The creator of Yearn.Finance claims he left DeFi, but continues to believe in the project

Yearn.Finance creator says he left DeFi, but continues to believe in the project - DeFiYearn.Finance is managing a leadership transition right now and it looks like it is doing it effectively. Andre Cronje, the prolific programmer and creator of Yearn, said he has abandoned the project - and decentralized finance (DeFi) entirely.

Cronje motivated his choice by saying: “I'm not building anything anymore. I do it because I'm passionate, but if people use my test environments, and then lose money and hold me responsible, it means that there is 0 upside and only risk for me ”.

The reference is to an event that occurred in September, when some users have invested in a smart contract under development, losing money and blaming Cronje for what happened, which proved too much for the developer.

Effective transition

Yearn.Finance is the leading robo advisor for performance in DeFi and the pioneer of the “fair launch” concept that proved so powerful this summer. But “Yearn's strongest asset is its incredible community that has coalesced in a short period of time,” said Spencer Noon, of DTC Capital.

"I am extremely confident that the project will continue to thrive, even if for some reason Andre has decided to leave the project." As Cronje explained, thanks to the commission built within Yearn, which supplies the token treasury, the decentralized autonomous organization (DAO) now has the funds to support a staff that can carry on its work.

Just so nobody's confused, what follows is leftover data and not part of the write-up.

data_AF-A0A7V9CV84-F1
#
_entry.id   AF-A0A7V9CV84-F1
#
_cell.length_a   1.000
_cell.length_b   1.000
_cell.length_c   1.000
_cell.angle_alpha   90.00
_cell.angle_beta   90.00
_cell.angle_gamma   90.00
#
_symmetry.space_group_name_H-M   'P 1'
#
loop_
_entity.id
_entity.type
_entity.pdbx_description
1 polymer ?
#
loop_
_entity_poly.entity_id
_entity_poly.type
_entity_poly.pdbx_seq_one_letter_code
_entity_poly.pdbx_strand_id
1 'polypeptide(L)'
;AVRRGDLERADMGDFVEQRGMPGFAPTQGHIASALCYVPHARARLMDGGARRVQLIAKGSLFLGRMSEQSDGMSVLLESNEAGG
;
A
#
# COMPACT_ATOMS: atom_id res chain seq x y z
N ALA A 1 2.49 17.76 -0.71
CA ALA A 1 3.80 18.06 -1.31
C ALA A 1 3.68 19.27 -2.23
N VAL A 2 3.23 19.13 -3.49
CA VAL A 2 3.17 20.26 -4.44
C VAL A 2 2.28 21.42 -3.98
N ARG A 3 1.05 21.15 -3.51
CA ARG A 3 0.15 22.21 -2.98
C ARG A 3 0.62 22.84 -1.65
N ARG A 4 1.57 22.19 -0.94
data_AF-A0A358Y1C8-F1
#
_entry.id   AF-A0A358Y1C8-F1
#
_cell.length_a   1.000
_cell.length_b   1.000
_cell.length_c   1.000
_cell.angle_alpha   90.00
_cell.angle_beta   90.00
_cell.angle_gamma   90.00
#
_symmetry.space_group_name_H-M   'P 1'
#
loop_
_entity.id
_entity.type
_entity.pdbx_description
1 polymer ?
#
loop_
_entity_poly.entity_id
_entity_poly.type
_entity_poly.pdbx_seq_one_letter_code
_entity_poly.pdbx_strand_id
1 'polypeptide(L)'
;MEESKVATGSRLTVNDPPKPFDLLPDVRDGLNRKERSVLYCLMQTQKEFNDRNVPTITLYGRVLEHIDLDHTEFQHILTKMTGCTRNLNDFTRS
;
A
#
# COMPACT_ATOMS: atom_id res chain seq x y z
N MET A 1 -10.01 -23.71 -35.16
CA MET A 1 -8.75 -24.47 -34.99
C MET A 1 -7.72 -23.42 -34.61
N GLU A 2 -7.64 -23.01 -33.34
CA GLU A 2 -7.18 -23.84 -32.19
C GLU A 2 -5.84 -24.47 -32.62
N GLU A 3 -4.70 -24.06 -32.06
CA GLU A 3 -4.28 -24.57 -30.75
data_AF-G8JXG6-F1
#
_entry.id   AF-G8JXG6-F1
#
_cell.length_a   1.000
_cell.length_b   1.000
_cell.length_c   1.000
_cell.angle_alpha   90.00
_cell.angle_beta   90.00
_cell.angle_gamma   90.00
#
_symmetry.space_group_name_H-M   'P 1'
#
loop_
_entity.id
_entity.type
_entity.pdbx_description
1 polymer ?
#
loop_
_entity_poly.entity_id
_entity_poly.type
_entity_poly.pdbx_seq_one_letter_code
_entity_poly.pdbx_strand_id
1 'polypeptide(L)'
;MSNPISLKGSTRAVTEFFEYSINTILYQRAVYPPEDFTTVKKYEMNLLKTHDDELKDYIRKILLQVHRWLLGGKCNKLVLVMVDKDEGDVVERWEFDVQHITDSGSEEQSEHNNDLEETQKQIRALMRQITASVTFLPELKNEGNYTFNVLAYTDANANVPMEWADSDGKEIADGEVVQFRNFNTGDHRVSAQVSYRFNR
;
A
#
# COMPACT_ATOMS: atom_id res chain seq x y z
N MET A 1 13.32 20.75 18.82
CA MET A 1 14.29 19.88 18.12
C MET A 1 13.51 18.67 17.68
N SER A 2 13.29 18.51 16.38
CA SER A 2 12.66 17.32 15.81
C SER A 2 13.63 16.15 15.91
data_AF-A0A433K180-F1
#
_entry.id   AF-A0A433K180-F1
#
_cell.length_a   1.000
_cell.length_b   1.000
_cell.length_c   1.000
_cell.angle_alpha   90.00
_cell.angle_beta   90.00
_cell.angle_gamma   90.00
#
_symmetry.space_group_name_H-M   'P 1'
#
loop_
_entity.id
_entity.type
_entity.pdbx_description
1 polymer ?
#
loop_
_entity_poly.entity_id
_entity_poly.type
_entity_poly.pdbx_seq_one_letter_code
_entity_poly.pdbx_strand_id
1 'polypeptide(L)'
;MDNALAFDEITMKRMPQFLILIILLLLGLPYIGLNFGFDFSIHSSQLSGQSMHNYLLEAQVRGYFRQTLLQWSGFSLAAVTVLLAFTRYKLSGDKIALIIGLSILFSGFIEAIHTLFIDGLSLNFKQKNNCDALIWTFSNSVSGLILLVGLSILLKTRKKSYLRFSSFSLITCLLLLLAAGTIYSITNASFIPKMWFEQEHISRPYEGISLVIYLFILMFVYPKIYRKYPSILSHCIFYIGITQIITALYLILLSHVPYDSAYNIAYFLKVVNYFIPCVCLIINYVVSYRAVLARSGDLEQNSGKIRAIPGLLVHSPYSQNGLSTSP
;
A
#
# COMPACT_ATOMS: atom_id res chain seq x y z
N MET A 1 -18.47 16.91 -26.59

“Now the YFI team has to take over,” he wrote. "I mean, they have about 20 people employed full time and very well paid." Cronje said he distributed all the code that runs DeFi's Yearn portal. He became somewhat legendary in the crypto industry, creating Yearn's governance token, YFI, which was valued at up to $ 43.000 and is currently worth nearly 2 BTC.

An accusation that Cronje did not bear

Cronje informed the staff that he was leaving, making a private communication on the company's Telegram channel and begging participants not to share the news with the media.

This happened on October 1st and Cronje was clearly frustrated by something that had happened in the previous 24 hours. While he was building a smart contract for the Yearn community called Eminence.Finance, users saw the contract and started sending money to us, despite no one but Cronje knowing what it was.

He said he did not expect the DeFi community to "put about 15 million [in its smart contract] without any announcements, documentation, website or understanding of how it works."

Following the hack, he claimed to have received threats from those who blamed him as responsible for the attack. Cronje was amazed at how reckless people were to send money to a smart contract before he declared it ready. The fact that they have done so is indicative of how obsessive some retail investors have become in seeking yield.